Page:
“It is very gratifying to know that your mother thought of me in her illness," said he, "Is your minister out of town?"
"Oh, no," answered the child, in a matter-of-fact tone. "He's home; only we thought it might be something contagious, and we didn't want to take any risks."
A soldier belonging to a brigade in command of a General who believed in a celibate army asked permission to marry, as he had two good-conduct badges and money in the savings-bank. "Well, go-away," said the General, "and if you come back to me a year from today in the same frame of mind you shall marry. I'll keep the vacancy."
On the anniversary the soldier repeated his request.
"But do you really, after a year, want to marry?" inquired the General in a surprised tone.
"Yes, sir; very much."
"Sergeant-Major, take his name down. Yes, you may marry. I never believed there was so much constancy in man or woman. Right face; quick march!"
As the man left the room, turning his head, he said, “Thank you, sir; but it isn't the same woman."
The parson looks it o'er and frets.
To see how many times he gets
-J. J. O'Connell.
There were introductions all around. The big man stared in a puzzled way at the club guest. "You look like a man I've seen somewhere, Mr. Blinker," he said. "Your face seems familiar. I fancy you have a double. And a funny thing about it is that I remember I formed a strong prejudice against the man who looks like you—although, I'm quite sure, we never met."
The little guest softly laughed. "I'm the man," he answered, "and I know why you formed the prejudice. I passed the contribution plate for two years in the church you attended."
The collections had fallen off badly in the colored church and the pastor made a short address before the box was passed.
"I don' want any man to gib mo' dan his share, bredern," he said gently, "but we mus' all gib ercordin' to what we rightly hab. I say 'rightly hab,' bredern, because we don't want no tainted money in dis box. 'Squire Jones tol' me dat he done miss some chickens dis week. Now if any of our bredern hab fallen by de wayside in connection wif dose chickens let him stay his hand from de box.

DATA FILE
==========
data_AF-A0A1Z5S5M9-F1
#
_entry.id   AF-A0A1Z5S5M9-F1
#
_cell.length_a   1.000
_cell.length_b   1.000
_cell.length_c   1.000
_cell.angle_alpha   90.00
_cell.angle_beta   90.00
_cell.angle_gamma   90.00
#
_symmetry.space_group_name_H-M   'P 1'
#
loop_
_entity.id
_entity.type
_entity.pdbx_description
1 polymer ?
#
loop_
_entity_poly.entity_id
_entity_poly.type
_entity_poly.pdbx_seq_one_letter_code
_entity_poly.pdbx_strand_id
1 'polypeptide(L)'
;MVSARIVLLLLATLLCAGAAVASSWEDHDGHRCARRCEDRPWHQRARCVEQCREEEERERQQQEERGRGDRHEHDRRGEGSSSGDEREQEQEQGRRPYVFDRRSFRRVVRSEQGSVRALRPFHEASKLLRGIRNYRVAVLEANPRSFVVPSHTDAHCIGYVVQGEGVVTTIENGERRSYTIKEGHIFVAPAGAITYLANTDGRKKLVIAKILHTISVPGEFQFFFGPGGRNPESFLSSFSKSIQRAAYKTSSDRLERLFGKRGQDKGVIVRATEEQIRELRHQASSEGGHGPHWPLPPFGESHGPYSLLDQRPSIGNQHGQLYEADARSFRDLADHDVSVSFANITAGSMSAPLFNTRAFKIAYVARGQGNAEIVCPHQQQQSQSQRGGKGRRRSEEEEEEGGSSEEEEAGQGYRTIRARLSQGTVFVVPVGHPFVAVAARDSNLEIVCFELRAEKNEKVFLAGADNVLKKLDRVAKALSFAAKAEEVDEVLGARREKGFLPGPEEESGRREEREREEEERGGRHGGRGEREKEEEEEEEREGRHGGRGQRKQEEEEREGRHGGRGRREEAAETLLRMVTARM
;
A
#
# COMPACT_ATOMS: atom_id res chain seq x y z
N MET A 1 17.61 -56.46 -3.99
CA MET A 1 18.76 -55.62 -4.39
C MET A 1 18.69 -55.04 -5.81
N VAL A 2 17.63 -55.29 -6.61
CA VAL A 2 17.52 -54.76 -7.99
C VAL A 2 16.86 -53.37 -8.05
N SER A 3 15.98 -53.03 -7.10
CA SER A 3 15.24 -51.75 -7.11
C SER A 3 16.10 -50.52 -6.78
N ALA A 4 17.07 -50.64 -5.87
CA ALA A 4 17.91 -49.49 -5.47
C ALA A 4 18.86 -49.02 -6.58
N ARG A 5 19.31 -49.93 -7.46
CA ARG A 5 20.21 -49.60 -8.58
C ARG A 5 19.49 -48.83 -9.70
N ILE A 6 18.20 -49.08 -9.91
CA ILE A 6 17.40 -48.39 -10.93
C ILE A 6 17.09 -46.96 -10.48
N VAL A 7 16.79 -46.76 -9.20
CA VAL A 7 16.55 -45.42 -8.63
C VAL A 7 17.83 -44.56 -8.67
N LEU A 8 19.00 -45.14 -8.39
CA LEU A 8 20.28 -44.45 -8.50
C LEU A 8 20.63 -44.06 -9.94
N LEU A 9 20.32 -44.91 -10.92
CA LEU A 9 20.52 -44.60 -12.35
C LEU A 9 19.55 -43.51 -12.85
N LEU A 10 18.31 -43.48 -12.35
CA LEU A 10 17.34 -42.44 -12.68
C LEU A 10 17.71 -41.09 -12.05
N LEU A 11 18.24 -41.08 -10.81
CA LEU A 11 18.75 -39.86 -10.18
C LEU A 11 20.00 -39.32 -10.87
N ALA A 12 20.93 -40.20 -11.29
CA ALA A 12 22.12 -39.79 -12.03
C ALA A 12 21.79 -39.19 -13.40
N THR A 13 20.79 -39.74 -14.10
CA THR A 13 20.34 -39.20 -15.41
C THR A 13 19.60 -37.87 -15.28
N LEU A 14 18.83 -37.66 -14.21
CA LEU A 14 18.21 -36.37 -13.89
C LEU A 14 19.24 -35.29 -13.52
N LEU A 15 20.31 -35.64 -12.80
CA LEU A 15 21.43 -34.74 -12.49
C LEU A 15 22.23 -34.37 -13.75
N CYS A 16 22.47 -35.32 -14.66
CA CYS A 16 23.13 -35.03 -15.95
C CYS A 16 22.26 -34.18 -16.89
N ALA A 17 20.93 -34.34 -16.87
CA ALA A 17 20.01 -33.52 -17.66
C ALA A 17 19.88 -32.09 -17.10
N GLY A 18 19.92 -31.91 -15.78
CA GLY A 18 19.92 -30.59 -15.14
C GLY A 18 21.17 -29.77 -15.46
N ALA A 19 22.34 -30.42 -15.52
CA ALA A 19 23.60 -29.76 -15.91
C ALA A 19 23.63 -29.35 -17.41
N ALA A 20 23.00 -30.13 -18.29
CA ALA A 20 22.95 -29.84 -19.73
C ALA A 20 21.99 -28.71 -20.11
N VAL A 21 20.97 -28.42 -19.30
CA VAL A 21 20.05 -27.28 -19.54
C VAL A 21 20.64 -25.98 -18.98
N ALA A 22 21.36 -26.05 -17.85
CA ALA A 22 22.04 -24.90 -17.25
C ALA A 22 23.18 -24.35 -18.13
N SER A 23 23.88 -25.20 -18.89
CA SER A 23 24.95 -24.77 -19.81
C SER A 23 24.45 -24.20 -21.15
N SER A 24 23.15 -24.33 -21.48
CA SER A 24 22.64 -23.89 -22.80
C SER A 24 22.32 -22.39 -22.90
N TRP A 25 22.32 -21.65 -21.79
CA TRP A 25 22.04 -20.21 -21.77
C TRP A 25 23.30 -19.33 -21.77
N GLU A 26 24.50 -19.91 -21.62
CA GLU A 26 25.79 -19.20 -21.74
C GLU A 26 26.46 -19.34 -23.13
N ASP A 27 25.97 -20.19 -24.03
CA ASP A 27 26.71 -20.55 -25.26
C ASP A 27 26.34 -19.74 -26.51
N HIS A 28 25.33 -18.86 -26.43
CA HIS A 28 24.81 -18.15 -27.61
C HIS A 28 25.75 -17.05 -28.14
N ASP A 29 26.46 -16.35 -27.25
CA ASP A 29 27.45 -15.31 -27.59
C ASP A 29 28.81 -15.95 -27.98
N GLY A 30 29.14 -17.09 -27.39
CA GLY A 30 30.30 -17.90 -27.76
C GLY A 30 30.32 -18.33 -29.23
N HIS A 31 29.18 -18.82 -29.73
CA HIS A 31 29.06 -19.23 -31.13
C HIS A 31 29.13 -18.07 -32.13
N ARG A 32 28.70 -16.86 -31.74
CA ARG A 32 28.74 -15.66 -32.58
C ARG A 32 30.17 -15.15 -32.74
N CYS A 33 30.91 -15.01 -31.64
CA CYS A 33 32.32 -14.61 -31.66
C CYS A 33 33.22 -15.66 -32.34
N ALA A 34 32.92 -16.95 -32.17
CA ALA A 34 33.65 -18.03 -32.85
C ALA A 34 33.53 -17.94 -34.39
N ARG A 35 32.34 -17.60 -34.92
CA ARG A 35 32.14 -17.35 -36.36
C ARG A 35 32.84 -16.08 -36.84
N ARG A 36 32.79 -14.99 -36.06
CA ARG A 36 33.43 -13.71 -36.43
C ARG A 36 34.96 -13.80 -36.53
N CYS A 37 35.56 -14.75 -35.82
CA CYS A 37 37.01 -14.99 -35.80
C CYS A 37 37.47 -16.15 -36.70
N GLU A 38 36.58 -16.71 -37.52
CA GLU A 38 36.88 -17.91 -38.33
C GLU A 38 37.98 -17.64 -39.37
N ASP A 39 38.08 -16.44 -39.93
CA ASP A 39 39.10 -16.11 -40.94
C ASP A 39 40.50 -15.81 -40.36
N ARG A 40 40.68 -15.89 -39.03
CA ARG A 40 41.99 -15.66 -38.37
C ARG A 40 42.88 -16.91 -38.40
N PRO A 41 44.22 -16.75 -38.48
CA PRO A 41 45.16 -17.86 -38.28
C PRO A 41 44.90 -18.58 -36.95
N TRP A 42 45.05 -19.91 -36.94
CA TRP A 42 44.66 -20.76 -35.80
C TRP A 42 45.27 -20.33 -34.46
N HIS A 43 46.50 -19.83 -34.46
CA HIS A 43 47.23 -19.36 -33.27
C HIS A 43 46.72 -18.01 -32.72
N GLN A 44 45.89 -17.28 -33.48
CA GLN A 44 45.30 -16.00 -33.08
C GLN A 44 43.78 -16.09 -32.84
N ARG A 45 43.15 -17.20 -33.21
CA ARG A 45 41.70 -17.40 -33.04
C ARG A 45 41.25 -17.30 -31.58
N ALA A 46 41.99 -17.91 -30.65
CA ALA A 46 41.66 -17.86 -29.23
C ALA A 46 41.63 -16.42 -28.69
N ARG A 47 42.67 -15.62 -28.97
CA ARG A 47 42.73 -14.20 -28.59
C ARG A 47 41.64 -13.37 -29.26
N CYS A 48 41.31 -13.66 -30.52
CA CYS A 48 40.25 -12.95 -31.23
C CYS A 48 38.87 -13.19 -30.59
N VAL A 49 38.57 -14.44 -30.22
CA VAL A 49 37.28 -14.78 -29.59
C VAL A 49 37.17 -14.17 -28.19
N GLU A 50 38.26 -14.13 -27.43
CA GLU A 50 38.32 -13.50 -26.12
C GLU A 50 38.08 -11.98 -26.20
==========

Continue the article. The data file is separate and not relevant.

“Now, Deacon Smiff, please pass de box while I watch de signs an' see if dere's any one in dis congregation dat needs me ter wrastle in prayer fer him."
A newly appointed Scotch minister on his first Sunday of office had reason to complain of the poorness of the collection. "Mon," replied one of the elders, "they are close-vera close.
But," confidentially, "the auld meenister he put three or four saxpenses into the plate hissel', just to gie them a start. Of course he took the saxpenses awa' with him afterward." The new minister tried the same plan, but the next Sunday he again had to report a dismal failure. The total collection was not only small, but he was grieved to find that his own sixpences were missing. "Ye may be a better preacher than the auld meenister," exclaimed the elder, "but if ye had half the knowledge o' the world, an' o' yer ain flock in particular, ye'd ha' done what he did an' glued the saxpenses to the plate."
POLICE COMMISSIONER-"If you were ordered to disperse a mob, what would you do?"
APPLICANT "Pass around the hat, sir."
"I advertized that the poor were made welcome in this church," said the vicar to his congregation, "and as the offertory amounts to ninety-five cents, I see that they have come."
See also Salvation.
"Mose, what is the difference between a bucket of milk in a rain storm and a conversation between two confidence men?" "Say, boss, dat nut am too hard to crack; I'se gwine to give it up."
"Well, Mose, one is a thinning scheme and the other is a skinning theme.”
"My dog understands every word I say."
"Do you doubt it?"
"No, I do not doubt the brute's intelligence. The scant attention he bestows upon your conversation would indicate that he understands it perfectly."